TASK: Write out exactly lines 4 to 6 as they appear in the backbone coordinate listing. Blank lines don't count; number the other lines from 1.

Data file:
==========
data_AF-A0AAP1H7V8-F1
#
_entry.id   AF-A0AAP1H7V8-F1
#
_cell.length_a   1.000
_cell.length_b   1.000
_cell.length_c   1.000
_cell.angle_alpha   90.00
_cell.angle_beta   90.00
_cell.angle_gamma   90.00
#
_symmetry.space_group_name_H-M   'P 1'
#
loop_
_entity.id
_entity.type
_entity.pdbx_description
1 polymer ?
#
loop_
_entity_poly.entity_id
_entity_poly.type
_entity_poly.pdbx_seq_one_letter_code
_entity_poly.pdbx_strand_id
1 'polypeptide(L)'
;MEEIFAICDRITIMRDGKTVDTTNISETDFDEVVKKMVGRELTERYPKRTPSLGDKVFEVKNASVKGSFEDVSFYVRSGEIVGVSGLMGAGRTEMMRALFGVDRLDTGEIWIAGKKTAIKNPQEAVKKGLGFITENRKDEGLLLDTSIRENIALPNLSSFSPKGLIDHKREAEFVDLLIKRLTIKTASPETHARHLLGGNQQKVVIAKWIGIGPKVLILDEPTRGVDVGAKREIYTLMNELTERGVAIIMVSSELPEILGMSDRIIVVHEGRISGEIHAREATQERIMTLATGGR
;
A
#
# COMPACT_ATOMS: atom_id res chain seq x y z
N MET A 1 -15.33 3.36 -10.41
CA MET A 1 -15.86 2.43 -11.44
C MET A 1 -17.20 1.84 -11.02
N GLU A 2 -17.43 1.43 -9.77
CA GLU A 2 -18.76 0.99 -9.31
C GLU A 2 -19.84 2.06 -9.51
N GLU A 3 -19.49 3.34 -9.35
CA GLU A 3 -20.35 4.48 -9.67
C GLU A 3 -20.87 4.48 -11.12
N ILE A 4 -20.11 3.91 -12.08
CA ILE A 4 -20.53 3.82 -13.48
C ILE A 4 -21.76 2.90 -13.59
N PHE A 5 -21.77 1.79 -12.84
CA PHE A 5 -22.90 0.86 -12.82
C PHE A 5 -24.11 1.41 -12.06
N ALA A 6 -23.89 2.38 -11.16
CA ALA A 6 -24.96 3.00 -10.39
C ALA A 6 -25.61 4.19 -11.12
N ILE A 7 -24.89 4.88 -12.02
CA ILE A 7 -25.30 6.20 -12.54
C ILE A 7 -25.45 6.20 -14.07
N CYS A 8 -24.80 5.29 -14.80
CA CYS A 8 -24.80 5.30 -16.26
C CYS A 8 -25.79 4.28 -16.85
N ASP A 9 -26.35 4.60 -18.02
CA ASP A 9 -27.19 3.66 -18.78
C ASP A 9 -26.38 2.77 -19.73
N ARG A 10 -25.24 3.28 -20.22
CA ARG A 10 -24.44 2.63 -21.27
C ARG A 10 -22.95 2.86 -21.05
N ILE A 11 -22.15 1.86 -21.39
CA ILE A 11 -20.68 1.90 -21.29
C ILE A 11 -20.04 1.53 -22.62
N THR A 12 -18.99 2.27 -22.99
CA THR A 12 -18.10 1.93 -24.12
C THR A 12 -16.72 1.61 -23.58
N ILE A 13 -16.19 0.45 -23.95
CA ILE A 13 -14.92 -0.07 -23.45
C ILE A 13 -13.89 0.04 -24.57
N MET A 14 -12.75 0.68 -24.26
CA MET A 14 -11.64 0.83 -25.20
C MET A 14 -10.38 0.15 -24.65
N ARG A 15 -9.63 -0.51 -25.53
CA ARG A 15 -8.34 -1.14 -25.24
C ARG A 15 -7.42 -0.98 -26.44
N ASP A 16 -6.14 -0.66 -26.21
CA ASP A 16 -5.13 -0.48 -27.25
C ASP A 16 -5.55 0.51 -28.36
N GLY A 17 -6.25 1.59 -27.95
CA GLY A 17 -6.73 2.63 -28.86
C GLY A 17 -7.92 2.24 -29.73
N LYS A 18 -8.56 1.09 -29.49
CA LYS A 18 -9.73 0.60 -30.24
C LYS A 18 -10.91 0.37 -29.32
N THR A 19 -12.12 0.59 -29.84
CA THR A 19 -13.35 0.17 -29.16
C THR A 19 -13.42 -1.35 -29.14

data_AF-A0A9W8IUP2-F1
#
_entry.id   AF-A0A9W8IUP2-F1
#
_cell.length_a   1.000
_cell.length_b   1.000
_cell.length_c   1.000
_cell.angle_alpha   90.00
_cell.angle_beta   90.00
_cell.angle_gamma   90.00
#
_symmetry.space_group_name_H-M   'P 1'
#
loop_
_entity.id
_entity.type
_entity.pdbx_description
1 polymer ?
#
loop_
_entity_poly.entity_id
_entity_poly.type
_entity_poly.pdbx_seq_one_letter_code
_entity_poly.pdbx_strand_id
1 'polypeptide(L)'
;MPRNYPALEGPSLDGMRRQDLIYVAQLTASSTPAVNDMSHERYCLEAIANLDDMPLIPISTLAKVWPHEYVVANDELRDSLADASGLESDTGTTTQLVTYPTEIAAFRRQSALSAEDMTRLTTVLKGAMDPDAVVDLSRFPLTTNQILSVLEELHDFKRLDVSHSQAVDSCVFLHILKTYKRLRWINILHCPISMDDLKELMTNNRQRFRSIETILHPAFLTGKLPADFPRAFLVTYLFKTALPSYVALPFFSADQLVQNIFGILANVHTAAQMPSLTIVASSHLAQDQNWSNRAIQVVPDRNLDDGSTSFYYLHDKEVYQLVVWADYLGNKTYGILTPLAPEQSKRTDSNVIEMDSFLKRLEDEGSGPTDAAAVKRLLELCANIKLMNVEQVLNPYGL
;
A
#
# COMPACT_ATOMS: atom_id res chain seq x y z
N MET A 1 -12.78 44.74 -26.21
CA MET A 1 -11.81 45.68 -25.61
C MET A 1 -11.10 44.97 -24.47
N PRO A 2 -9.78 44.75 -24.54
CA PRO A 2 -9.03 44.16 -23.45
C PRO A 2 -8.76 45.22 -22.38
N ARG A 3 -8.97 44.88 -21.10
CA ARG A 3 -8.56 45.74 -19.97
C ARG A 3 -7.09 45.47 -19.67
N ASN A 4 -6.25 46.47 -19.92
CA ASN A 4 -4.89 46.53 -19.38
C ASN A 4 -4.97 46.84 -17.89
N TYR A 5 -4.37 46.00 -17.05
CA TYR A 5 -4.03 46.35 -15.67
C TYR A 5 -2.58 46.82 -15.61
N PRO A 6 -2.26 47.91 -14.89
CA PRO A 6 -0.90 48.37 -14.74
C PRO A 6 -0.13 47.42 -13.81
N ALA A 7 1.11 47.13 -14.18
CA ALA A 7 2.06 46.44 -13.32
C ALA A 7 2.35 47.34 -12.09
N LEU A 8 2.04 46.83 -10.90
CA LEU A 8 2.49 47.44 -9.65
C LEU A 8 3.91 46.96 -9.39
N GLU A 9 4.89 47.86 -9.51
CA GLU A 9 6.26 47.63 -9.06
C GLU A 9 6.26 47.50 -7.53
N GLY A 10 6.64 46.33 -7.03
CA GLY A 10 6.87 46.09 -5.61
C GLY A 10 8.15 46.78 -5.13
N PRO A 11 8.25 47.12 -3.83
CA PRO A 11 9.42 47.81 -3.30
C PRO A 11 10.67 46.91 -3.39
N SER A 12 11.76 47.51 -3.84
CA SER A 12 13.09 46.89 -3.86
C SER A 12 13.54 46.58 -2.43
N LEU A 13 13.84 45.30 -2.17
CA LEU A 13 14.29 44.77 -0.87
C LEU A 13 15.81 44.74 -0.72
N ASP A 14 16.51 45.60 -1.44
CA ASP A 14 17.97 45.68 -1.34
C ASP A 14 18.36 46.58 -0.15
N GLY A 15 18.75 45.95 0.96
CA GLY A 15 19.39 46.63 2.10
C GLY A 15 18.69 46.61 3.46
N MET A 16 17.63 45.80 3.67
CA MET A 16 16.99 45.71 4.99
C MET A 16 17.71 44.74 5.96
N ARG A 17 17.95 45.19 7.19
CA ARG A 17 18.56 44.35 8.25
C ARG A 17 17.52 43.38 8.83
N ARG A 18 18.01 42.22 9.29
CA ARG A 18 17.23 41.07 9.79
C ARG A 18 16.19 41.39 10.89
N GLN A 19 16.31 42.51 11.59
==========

#
_cell.length_a   1.000
_cell.length_b   1.000